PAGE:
One drab, damp August morning in 1991 I woke to hear classical music on every Moscow TV channel and almost all radio stations and knew that something was up.  It was the first day of the attempted coup against Gorbachev, and it marked the start of 72 hours of sleeplessness as we tried to work out what was happening, rang and met contacts, reported to Canberra and wondered whether this was the end of the end of the Cold War.

I walked the barricades at night, talking to ordinary citizens who had rallied around Yeltsin at the ‘White House’ – the seat of the Russian parliament – and who had chosen spontaneously to resist the coup plotters. An embassy colleague and I talked our way into the White House and spent several tense hours there, speaking with members of the Russian government and Yeltsin allies. 

And on the second night, from my apartment just across the river, I heard small arms fire and, like everyone else, tried to make sense of what was happening. Dawn brought cautious confidence that the coup had failed – along with a phone call from the Courier Mail, which destroyed my brief attempt at sleep with the request for “a Queenslander’s perspective on events”. Good old Curious Mail!

How did you get started in your career?

I was lucky. I fell into the Foreign Service almost by chance. I finished school knowing I wanted to carry on my German study and pursue foreign languages at university, but I had no master plan. I chose Russian out of a general interest in the country, its history and culture, and began ‘RU101’ on a Monday. I was fortunate to have a first-year lecturer – Dr Maria Kravchenko – who was an outstanding, dedicated and patient teacher of Russian to first-years. But the two-hour lecture spanned the lunch break, and I confess that, on occasions, a classmate and I found the lure of ‘just one more’ at the Royal Exchange Hotel in Toowong more persuasive than another dose of irregular Russian verbs! Wise in the ways of students, Masha never made a fuss, and we became and remain good friends. I owe a lot to her and her colleagues in the then Russian department, headed by the late Professor Boris Christa, as well as to the lecturers and tutors of the German department, which Professor Manfred Jurgensen led throughout my four years at UQ.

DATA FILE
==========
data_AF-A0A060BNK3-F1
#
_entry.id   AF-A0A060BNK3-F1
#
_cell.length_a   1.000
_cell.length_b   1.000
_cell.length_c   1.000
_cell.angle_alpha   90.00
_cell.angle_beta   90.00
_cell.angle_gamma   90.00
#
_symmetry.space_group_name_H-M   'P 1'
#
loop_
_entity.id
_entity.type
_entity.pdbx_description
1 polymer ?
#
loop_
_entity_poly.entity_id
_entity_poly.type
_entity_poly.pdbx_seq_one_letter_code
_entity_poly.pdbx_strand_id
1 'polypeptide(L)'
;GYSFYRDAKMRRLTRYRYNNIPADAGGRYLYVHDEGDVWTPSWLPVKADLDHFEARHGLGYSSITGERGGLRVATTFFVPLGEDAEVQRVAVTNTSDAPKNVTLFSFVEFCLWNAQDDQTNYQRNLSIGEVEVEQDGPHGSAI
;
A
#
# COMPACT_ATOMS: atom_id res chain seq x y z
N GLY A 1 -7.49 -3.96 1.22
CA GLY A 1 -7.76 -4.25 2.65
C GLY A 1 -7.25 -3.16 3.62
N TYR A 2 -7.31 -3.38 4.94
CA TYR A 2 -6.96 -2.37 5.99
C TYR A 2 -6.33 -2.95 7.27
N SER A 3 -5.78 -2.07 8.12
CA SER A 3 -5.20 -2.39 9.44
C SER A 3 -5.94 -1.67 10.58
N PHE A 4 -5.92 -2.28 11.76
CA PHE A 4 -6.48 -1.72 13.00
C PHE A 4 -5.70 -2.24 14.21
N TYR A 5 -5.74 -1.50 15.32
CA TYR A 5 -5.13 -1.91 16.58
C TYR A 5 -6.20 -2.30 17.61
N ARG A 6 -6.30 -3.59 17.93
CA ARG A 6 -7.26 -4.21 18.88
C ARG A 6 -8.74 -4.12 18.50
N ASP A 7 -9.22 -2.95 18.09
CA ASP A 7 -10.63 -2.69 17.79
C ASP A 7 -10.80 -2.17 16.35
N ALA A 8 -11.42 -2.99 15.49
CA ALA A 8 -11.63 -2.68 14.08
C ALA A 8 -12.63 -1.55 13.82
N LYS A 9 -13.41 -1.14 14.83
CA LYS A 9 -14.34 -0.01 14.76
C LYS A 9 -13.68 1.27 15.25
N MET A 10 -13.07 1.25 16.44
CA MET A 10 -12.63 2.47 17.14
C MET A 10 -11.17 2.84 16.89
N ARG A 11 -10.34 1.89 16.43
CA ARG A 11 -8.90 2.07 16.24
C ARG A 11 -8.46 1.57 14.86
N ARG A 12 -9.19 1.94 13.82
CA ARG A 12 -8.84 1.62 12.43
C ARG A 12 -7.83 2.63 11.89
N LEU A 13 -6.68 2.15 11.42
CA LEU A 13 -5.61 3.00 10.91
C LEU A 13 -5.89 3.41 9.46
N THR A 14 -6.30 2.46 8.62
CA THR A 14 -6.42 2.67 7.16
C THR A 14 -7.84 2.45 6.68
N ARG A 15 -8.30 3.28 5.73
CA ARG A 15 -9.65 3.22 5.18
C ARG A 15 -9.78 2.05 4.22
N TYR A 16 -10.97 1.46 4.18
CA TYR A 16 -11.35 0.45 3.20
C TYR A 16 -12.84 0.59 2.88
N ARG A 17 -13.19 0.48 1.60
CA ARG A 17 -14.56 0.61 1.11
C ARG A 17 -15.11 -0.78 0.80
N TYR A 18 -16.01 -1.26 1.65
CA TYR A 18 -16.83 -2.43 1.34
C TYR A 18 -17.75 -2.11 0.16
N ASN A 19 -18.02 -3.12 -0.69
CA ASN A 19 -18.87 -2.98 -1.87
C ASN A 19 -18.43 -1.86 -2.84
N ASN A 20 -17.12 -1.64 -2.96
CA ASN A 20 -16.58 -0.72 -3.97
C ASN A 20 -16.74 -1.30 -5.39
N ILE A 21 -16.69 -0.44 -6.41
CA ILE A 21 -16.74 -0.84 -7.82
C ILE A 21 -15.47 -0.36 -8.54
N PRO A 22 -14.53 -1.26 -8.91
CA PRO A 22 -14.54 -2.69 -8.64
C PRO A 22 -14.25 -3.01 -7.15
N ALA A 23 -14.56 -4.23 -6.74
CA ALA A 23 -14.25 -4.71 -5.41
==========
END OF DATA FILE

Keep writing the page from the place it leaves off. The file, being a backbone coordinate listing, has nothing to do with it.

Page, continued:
Realisation dawned at one point in third year that I had to find a way to make a living out of what I was enjoying doing at UQ. So I applied for a number of government departments as a first step – foreign affairs, trade (they were separate portfolios then) and defence. I was offered jobs by foreign affairs and defence, but never heard back from trade. It didn’t matter, because Bob Hawke merged the two portfolios after I joined foreign affairs in 1987, so I got two for the price of one.

What have been the biggest challenges?

At a personal level the recurrent upending of home life to relocate to and from overseas does take a toll. Even though service abroad enriches, it also disrupts, and it is the lesser known side of what always seems to outsiders to be a never-ending glamour circuit. It hits families with children and two working parents particularly hard, but we are all volunteers and we roll with it. People also envy the constant travel, but that allure wears off very quickly when you emerge from a 28-hour flight in an alien city and have to front the conference, negotiations or other meetings a few hours later, alert and ready to go.